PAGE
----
Cinder cones are created from a buildup of congealed lava called cinders. The lava is ejected from a single vent and stacks up around a central crater.
Composite volcanoes form many of the world's mountains. Lava flows, volcanic ash, cinders, blocks and bombs alternate in layers forming steep-sided symmetrical cones. A central vent or cluster of vents emerges at the summit from a crater. Cracks on the flanks of the cone can emit lava and strengthen the cone. Deep reservoirs of lava are tapped by composite volcanoes, giving them their massive size.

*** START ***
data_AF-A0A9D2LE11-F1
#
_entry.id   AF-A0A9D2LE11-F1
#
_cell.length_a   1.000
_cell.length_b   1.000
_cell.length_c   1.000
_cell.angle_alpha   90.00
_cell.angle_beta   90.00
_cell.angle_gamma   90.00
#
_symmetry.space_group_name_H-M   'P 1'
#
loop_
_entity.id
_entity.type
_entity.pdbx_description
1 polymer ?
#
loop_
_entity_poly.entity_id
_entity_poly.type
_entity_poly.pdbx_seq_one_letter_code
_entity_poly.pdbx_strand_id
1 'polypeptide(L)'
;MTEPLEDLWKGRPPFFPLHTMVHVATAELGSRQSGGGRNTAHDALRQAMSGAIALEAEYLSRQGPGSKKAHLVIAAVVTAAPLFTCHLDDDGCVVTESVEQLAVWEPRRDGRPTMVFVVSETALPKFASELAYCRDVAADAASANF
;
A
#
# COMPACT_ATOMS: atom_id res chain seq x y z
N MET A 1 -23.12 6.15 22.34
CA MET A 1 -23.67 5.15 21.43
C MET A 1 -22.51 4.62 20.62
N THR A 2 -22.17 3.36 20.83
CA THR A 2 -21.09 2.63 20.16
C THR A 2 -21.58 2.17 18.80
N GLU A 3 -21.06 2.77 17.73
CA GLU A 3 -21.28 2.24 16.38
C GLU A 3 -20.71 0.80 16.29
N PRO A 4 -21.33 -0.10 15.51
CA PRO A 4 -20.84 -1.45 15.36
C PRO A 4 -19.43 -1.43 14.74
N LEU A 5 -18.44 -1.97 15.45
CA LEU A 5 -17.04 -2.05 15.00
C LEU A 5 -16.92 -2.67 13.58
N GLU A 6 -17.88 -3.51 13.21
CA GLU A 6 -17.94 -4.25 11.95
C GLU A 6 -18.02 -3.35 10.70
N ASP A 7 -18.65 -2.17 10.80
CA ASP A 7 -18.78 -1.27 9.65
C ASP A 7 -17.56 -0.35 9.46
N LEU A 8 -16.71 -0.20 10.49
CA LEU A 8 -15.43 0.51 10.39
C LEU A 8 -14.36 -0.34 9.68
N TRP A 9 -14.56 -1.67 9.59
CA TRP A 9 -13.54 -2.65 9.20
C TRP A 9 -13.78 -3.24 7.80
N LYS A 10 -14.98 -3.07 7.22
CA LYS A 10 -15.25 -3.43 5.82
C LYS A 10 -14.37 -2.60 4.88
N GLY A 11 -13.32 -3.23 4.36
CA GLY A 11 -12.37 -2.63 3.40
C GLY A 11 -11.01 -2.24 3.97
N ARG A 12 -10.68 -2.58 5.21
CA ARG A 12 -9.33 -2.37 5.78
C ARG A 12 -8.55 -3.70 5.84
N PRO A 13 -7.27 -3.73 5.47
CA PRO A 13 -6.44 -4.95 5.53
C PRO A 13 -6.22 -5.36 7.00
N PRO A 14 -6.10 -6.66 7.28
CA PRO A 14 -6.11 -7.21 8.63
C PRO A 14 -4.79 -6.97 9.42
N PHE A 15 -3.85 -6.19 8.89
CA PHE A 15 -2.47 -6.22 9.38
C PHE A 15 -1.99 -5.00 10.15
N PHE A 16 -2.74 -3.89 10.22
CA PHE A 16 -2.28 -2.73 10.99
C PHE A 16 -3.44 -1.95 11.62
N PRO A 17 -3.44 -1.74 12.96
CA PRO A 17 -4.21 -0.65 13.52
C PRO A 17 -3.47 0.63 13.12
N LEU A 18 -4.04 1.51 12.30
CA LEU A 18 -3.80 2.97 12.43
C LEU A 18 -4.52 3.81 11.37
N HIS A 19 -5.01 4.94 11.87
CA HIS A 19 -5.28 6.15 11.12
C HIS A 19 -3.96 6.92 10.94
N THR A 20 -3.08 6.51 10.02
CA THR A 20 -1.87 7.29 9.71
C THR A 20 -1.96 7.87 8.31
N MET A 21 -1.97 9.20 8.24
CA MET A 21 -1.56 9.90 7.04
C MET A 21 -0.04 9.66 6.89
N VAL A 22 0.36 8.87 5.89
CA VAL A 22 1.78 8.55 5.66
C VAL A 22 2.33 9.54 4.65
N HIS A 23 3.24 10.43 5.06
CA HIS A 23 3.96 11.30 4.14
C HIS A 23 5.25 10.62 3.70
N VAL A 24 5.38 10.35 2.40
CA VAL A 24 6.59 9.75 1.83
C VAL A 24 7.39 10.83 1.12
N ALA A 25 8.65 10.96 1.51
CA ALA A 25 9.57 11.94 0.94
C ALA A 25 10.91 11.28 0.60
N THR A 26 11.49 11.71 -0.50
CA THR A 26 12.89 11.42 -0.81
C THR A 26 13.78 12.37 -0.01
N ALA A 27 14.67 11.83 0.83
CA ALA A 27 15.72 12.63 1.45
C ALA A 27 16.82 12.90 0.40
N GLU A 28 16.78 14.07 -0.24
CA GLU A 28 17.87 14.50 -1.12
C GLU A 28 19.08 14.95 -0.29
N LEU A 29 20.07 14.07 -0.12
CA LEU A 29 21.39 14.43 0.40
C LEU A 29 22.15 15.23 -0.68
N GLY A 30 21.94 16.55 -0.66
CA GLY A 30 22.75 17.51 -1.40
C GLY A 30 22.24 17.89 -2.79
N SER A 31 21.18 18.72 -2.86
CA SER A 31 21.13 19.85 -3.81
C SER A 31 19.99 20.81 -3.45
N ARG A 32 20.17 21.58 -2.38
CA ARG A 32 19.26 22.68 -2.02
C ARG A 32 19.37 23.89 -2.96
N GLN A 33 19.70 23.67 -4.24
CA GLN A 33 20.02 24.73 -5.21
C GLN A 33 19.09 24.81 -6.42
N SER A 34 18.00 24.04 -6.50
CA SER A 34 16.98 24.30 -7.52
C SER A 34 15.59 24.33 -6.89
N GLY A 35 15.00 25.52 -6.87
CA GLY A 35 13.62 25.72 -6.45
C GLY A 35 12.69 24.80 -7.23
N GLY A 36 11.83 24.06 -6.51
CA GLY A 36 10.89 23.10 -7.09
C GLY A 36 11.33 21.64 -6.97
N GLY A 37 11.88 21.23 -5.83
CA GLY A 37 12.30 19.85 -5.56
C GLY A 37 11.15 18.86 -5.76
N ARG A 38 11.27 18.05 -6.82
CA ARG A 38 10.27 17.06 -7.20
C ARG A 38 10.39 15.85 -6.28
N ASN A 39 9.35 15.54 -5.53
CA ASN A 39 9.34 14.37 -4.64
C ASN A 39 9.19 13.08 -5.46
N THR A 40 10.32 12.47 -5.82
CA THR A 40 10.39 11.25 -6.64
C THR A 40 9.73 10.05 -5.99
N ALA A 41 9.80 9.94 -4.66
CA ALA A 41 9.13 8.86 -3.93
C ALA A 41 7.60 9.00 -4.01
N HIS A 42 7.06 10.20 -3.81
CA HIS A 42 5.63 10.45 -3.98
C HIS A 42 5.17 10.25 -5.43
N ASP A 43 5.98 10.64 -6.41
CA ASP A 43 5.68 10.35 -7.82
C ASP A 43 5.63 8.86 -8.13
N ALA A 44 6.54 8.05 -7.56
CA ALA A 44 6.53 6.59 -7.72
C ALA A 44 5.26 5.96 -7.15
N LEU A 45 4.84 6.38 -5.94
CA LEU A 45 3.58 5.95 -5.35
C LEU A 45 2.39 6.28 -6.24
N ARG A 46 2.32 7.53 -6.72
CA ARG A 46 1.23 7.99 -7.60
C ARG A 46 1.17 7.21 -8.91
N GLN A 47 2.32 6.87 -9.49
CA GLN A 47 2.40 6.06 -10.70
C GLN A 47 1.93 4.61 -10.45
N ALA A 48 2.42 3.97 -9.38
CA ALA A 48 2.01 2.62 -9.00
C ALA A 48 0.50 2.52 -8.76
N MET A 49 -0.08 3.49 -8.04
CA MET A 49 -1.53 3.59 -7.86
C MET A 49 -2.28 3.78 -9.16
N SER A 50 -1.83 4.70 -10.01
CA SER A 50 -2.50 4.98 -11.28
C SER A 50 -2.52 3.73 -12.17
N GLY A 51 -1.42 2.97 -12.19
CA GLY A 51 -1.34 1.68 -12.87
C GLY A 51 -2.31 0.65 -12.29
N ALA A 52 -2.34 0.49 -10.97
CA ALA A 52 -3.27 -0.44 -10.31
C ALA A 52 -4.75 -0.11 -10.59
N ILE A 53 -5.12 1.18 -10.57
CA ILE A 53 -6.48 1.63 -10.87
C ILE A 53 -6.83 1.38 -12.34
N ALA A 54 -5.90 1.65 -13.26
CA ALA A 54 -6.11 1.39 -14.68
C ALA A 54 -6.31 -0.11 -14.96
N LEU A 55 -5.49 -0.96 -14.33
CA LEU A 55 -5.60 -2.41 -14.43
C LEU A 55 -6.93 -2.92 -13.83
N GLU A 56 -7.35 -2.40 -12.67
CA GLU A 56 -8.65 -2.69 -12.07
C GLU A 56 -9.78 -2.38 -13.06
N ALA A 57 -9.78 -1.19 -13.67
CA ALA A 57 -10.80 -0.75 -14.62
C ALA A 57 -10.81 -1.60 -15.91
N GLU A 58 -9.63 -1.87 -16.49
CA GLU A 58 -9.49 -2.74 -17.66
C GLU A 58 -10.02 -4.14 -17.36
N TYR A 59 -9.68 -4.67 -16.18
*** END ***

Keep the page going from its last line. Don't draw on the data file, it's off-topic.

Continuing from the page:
Shield volcanoes have a gentle slope due to being composed of layers of fluid lava. Highly fluid lava called basalt lava flows out of the vent and fissures, and spreads over great distances. The fluid lava hardens into thin sheets reminiscent of a warrior's shield.
Lava domes are composed of small amounts of viscous lava. This lava piles up around the vent. Some lava domes occur on the sides of large composite volcanoes. The outer shell may harden and bulge outward from the lava inside.Learn more about Volcanoes